Would You Like A Copy?

Out of all the major cities I've visited, I'd have to say Hong Kong has been my favorite. New York City was too dirty and busy, London, about the same and I found the Tube and Subway ridiculously confusing. Hong Kong is clean and their subway system, the MTR, was amazingly easy to navigate. I mean if I can do it, a small child could, and we did see young elementary aged children using the MTR on their way home from school, all by themselves. Also, almost everybody speaks English and there's English under the Chinese characters on all the signs. So if you're going to visit China, not only is it much easier to get a Visa to Hong Kong than Mainland, but it's English friendly as well.

Sight seeing was fun but exhausting in Hong Kong and we hit some touristy areas. There really weren't many non-Asian tourists, so we still stood out where ever we went. But I was able to use my Chinese here and there, and even Tony utilized his Chinese that he knows, shocking some people along the way. :) Although he got himself in trouble once saying thank you in Chinese because then the waitress began to speak a slew of Chinese to him at which he had to shake his head and shrug his shoulders at. We also tried to hit up the non-touristy areas, which led us to a night market where I really only saw one other white person. We ate at a very authentic local restaurant that was out of meat, and although we tried to leave after we found that out, were scolded in Chinese by the waitress to sit back down and she brought us both out fried rice. It was good, but Tony wasn't satisfied, he had really wanted some meat. We also found this amazing restaurant called Taiwan Beef Noodle, it was freaking amazing. We want to start a chain in the states, although it could use a catchier name.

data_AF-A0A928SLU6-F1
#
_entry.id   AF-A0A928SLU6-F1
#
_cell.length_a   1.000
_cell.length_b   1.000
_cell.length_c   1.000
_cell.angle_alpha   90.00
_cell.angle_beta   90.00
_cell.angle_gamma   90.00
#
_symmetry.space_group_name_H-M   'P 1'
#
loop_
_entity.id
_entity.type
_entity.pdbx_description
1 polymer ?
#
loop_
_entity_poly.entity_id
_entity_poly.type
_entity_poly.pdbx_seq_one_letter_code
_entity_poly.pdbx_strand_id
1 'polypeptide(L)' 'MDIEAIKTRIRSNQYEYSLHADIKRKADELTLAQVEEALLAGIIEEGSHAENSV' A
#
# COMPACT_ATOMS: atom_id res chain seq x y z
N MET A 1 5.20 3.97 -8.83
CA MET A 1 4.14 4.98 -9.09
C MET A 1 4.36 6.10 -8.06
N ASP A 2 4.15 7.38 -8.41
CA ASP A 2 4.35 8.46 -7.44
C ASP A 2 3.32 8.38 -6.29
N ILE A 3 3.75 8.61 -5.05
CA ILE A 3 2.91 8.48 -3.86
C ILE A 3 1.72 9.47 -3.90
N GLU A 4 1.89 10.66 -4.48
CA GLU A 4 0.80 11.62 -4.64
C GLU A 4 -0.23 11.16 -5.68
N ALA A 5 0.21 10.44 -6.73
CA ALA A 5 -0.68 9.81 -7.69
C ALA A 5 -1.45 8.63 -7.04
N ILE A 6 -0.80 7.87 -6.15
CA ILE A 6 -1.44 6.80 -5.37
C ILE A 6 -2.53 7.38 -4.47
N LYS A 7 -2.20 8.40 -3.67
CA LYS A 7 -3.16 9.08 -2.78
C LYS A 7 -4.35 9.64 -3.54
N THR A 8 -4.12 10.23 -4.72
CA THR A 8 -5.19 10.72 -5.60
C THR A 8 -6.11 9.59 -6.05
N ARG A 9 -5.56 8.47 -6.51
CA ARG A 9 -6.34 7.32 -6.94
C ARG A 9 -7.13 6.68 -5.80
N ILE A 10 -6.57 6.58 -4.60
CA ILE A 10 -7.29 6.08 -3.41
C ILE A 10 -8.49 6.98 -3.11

Other than constantly being harassed as to whether or not we'd like a "copy" handbag or watch or a tailored suit, Hong Kong was a fun experience. We also visited on of the towns on the coast, Stanley, at the suggestion of a Scottish bartender at an Irish Pub we'd stopped at. This bartender had been living in Hong Kong for 15 years and still wasn't fluent in what he called "Hong Kong Chinese" (also known as Cantonese) just to give you an idea of how easy it is to get along with English there. Stanley was very pretty, but definitely touristy.

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